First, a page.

- Resist the temptation to purchase a saddle that is too big when trying to allow room for the child to “grow into it.” It’s ok to pick a saddle that allows some room for growth, but don’t go overboard. If the saddle is too large, then you will run into the same problems that the adult saddle presents.
- Check to make sure the saddle is balanced in its seat. This will take some effort on your part since many times a youth saddle might lack proper construction and will not have a balanced seat. Take your time and do some research. Pay special attention to how the stirrups hang on the saddle. They should hang straight below the seat. If they are positioned forward, or behind, then it is not balanced.
- Make sure the stirrups have a wide range of adjustments which will provide flexibility as your child grows.
- It is not unusual for older boys to need a smaller seat size than girls in the same age group. Girls tend to develop more “padding” physically than their male counterparts.
- Double check that the saddle is not too small for your youngster. Just like fitting an adult saddle, there should be some room directly in front of, and directly behind, the rider’s seat. Youth saddles are constructed with varying degrees of seat padding.
- The child’s seat should not touch the cantle when it is sized correctly. Also, different swells can affect how a saddle fits the rider.
- It’s great if your child can sit in the saddle and try it out, either on the horse or on a saddle stand, to make sure all measurements are in proper proportion and the saddle will fit properly.
- Pick the right saddle for the task at hand. If you are looking for a youth show saddle, then it should be stylish and appropriate for the show pen. If you are choosing a trail or working saddle, then comfort and security take priority. Many barrel-racing saddles for kids and adults alike will be designed for a snugger fit. If your child prefers a saddle that makes a statement, then have fun with unlimited choices of colors, materials, and “bling” available in the marketplace.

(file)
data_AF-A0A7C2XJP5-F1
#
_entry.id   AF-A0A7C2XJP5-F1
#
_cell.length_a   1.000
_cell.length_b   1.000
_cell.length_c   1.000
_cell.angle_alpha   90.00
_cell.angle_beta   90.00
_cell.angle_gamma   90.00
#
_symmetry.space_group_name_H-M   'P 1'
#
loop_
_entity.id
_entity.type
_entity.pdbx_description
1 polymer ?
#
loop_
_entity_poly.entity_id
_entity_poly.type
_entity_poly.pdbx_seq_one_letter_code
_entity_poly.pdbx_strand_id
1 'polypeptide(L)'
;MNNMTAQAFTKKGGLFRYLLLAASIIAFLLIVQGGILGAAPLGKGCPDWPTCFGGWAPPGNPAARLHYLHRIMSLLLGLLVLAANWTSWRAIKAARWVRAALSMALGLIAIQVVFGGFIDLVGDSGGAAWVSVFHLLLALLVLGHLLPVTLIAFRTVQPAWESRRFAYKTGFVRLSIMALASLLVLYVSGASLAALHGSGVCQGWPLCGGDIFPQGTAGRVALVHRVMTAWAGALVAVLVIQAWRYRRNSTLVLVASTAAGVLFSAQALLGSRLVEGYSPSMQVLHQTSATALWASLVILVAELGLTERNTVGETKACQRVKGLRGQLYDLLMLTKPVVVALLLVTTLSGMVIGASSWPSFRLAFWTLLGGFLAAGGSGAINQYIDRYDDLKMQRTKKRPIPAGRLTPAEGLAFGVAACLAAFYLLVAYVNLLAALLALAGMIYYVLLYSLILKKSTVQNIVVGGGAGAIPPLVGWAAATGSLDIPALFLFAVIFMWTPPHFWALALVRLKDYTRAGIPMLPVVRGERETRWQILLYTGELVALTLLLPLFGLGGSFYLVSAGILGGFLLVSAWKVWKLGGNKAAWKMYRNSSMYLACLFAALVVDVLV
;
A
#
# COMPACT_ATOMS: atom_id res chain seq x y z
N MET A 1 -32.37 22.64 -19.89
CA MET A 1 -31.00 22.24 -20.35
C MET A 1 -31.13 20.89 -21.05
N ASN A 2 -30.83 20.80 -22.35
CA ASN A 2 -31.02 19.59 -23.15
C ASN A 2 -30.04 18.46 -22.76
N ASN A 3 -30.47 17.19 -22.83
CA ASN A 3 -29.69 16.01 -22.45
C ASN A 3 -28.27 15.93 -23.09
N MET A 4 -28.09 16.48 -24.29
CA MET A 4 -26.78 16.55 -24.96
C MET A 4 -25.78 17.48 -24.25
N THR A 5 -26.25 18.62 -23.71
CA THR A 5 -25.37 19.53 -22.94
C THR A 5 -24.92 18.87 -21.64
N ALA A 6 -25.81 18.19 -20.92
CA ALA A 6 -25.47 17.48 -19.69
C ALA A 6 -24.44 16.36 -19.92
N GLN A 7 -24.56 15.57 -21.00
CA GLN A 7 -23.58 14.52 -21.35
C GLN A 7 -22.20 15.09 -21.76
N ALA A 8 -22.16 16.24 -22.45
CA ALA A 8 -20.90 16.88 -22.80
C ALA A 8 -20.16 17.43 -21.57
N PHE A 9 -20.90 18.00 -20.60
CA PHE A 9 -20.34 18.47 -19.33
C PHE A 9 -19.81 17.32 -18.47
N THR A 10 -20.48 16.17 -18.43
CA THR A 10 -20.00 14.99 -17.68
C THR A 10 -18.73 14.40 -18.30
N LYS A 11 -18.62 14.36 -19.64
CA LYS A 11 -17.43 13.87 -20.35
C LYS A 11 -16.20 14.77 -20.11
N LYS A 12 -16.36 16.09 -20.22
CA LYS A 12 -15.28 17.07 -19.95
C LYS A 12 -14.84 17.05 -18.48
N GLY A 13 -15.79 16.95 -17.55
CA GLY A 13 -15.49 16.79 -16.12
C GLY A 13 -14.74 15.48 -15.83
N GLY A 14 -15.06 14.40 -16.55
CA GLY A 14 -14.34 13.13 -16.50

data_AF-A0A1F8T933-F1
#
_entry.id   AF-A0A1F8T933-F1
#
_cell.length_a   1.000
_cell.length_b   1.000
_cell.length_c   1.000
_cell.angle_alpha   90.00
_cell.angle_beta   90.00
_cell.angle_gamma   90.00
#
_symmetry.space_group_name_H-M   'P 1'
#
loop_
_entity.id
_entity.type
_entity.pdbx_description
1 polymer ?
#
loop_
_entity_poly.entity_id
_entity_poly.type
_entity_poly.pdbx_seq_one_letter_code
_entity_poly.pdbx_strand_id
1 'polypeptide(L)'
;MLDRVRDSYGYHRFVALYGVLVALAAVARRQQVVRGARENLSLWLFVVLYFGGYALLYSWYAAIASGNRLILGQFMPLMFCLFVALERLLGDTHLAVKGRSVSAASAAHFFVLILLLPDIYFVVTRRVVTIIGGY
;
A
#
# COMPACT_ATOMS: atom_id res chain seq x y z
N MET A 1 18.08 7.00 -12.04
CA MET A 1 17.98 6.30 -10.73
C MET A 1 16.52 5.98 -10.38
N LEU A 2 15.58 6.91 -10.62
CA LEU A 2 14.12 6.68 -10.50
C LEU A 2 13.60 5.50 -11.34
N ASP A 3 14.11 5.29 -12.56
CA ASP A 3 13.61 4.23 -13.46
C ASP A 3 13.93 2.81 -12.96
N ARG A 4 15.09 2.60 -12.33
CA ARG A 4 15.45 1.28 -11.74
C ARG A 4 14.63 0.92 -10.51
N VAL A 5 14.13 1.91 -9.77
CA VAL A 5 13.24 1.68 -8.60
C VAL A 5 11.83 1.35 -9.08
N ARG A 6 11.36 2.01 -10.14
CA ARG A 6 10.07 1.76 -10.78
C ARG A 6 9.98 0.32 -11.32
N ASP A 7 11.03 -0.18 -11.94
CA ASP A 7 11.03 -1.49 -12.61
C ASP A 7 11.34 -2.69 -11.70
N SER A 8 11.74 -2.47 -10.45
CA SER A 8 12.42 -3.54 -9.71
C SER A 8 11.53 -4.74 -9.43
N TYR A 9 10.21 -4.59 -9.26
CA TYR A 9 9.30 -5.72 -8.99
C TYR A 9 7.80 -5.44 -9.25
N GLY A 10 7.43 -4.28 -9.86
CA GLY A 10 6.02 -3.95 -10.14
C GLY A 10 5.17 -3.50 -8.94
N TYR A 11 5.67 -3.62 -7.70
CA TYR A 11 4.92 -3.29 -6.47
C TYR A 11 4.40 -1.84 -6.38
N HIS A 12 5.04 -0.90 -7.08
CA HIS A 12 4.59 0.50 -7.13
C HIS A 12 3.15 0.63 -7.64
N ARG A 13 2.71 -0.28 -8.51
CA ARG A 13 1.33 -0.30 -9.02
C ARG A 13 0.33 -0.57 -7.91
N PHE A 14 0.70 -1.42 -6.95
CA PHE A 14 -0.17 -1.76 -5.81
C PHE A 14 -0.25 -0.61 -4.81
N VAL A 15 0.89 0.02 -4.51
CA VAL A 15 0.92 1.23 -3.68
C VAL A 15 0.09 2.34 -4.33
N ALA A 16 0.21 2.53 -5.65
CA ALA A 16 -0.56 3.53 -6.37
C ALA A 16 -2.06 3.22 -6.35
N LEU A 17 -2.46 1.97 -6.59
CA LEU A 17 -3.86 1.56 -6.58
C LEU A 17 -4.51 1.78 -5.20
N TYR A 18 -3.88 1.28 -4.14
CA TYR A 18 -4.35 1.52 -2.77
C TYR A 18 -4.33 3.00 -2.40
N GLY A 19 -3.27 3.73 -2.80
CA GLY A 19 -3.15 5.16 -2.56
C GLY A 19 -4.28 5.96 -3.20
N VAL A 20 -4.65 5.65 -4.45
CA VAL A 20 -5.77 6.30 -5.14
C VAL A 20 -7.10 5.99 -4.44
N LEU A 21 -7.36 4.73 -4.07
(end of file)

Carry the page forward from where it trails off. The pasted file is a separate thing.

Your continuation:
- Once again, make sure the saddle fits the horse properly. If you’re not comfortable with fitting a western saddle to the horse, it’s a good idea to consult a saddle fitter. That way you’ll know your saddle choice is a good one.
Good Youth Saddles Aid and Encourage the Child’s Riding Abilities
Consider the types of riding the child will do. If you’re not certain, often a good, all-around youth western saddle will fit the bill. Then base your selection on seat size and saddle design that fits your budget.
Bear in mind, two youth riders of the same weight and height but with different builds — especially waist, seat and thigh measurements —may need saddles with different sized seats. Finally, the time comes when children outgrow their youth saddles, as they near or meet an adult’s measurements.
Learning to ride in a saddle that’s too big puts a child at a disadvantage. They are fighting an uphill battle just trying to stay in the saddle. Even with a schoolmaster horse packing a youth rider around a ring, a child in an oversized saddle will find it more difficult to control the horse they are riding, and won’t feel very secure in their seat. An unbalanced child can cause a horse to become tense and create resistance.
A good youth saddle fit supports a child’s riding abilities, setting them up for success, giving them a more comfortable and safer ride.